The credit card industry plays by new rules, starting today.
The reforms approved last spring finally go into effect. But, the new laws could end up a mixed blessing for consumers.
Sandy Fortunato was shocked when she got the letters. All three of her credit cards were raising her interest rates by 5-percent.
"I had been a good customer," Fortunato said. "I always paid my bill on time, I was never over the limit. And I just couldn't figure out why."
With her new rate at nearly 24-percent, a minimum payment of $189 jumped to $309. Something that won't happen under the new credit card law.
In most cases, it bans rate hikes on existing balances. Any increases will affect future purchases only - and come with 45
days notice. This gives customers a chance to opt out. Meaning they can close their account and pay off the balance under the old rate.
They also get more time to pay - 21 days from when their statement arrives.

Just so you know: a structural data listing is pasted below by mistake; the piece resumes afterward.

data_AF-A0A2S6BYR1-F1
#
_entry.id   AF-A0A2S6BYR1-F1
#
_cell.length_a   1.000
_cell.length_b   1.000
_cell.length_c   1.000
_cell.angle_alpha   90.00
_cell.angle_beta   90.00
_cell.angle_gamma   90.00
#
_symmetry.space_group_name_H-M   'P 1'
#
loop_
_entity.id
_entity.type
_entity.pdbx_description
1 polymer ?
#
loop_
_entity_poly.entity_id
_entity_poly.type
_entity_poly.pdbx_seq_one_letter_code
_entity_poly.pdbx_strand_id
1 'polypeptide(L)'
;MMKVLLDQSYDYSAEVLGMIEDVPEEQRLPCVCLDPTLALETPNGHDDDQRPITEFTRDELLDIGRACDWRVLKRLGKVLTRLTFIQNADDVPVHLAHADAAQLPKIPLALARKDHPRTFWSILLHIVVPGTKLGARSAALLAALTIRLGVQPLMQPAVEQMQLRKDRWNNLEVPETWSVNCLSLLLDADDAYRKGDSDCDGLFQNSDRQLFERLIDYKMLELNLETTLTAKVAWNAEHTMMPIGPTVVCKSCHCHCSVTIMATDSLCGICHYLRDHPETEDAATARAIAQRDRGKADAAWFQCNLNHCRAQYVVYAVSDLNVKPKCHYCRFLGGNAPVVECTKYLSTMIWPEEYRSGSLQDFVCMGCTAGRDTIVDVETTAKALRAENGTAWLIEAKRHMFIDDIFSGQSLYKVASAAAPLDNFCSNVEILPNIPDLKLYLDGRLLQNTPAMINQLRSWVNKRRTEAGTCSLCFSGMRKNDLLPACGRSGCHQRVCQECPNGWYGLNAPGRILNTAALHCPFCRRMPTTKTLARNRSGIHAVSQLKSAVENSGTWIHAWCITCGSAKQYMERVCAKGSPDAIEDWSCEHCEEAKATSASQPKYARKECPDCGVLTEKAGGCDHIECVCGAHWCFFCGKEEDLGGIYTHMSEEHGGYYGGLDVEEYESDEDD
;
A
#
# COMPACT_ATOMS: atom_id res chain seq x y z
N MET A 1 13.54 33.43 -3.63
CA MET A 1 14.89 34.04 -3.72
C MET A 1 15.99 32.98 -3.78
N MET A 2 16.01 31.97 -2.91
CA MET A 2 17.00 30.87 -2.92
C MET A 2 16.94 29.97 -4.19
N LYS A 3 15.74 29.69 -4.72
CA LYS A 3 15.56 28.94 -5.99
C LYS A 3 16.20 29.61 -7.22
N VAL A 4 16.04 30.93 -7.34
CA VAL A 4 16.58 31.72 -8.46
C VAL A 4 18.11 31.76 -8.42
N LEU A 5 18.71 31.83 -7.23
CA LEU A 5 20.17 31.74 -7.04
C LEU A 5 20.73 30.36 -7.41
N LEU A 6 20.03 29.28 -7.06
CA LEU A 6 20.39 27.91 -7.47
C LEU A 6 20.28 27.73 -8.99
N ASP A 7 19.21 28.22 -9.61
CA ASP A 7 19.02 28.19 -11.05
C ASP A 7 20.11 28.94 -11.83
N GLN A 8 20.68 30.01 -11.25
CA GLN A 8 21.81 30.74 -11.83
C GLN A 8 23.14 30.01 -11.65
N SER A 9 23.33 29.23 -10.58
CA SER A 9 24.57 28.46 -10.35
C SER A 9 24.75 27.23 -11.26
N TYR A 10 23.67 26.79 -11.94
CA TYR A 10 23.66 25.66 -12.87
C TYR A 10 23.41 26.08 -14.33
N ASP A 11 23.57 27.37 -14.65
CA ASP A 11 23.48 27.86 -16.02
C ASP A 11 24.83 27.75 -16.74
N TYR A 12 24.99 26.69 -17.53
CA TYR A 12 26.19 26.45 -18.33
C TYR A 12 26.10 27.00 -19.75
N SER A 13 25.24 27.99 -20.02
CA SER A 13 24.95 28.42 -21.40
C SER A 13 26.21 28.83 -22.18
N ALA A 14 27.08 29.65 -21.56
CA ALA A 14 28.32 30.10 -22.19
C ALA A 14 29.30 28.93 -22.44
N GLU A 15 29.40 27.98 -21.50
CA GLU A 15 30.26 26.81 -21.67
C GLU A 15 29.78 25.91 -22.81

The credit card industry expects to lose at least $10 billion a year because of these changes - possibly much more. That likely means card companies will find other ways to make up the loss.
In some cases, that could mean targeting customers who avoid interest rates by paying in full each month.
"We're going to see new types of fees crop up, whether it's annual fees, inactivity fees, fees for getting a paper statement," Ben Woolsey with creditcards.com said.
Many companies rushed to hike rates before the new law took effect. Which is what happened to Sandy Fortunato, and that means more time in debt.
"Out of your payment half of it - or more of it - is going to interest and not paying down the balance," Fortunato said.
The White House hopes fewer people will fall into that trap now and calls the new law a significant turning point for the American consumer.
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